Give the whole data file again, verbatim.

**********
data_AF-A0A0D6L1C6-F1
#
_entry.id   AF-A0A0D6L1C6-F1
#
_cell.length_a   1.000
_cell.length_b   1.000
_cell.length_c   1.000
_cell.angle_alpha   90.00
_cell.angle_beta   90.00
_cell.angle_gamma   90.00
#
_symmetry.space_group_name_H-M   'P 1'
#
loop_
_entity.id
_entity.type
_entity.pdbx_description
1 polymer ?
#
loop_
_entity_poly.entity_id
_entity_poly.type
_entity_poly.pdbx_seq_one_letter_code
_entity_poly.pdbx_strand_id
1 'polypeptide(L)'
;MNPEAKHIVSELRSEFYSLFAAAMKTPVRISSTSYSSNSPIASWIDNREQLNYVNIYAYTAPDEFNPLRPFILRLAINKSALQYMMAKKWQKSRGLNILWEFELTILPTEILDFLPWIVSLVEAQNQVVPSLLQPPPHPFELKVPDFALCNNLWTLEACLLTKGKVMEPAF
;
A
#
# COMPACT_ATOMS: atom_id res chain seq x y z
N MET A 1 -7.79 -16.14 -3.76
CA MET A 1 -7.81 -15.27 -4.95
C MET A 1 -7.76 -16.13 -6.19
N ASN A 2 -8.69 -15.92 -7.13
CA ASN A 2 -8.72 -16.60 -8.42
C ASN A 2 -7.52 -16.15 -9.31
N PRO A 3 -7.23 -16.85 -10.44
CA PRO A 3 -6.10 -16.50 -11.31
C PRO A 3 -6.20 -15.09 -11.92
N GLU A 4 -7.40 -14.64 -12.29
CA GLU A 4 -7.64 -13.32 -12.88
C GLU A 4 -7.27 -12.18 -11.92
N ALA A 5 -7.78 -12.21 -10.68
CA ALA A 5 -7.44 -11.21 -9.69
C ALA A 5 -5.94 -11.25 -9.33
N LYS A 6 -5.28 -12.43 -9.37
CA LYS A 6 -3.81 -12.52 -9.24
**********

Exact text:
data_AF-A0A0D6L1C6-F1
#
_entry.id   AF-A0A0D6L1C6-F1
#
_cell.length_a   1.000
_cell.length_b   1.000
_cell.length_c   1.000
_cell.angle_alpha   90.00
_cell.angle_beta   90.00
_cell.angle_gamma   90.00
#
_symmetry.space_group_name_H-M   'P 1'
#
loop_
_entity.id
_entity.type
_entity.pdbx_description
1 polymer ?
#
loop_
_entity_poly.entity_id
_entity_poly.type
_entity_poly.pdbx_seq_one_letter_code
_entity_poly.pdbx_strand_id
1 'polypeptide(L)'
;MNPEAKHIVSELRSEFYSLFAAAMKTPVRISSTSYSSNSPIASWIDNREQLNYVNIYAYTAPDEFNPLRPFILRLAINKSALQYMMAKKWQKSRGLNILWEFELTILPTEILDFLPWIVSLVEAQNQVVPSLLQPPPHPFELKVPDFALCNNLWTLEACLLTKGKVMEPAF
;
A
#
# COMPACT_ATOMS: atom_id res chain seq x y z
N MET A 1 -7.79 -16.14 -3.76
CA MET A 1 -7.81 -15.27 -4.95
C MET A 1 -7.76 -16.13 -6.19
N ASN A 2 -8.69 -15.92 -7.13
CA ASN A 2 -8.72 -16.60 -8.42
C ASN A 2 -7.52 -16.15 -9.31
N PRO A 3 -7.23 -16.85 -10.44
CA PRO A 3 -6.10 -16.50 -11.31
C PRO A 3 -6.20 -15.09 -11.92
N GLU A 4 -7.40 -14.64 -12.29
CA GLU A 4 -7.64 -13.32 -12.88
C GLU A 4 -7.27 -12.18 -11.92
N ALA A 5 -7.78 -12.21 -10.68
CA ALA A 5 -7.44 -11.21 -9.69
C ALA A 5 -5.94 -11.25 -9.33
N LYS A 6 -5.28 -12.43 -9.37
CA LYS A 6 -3.81 -12.52 -9.24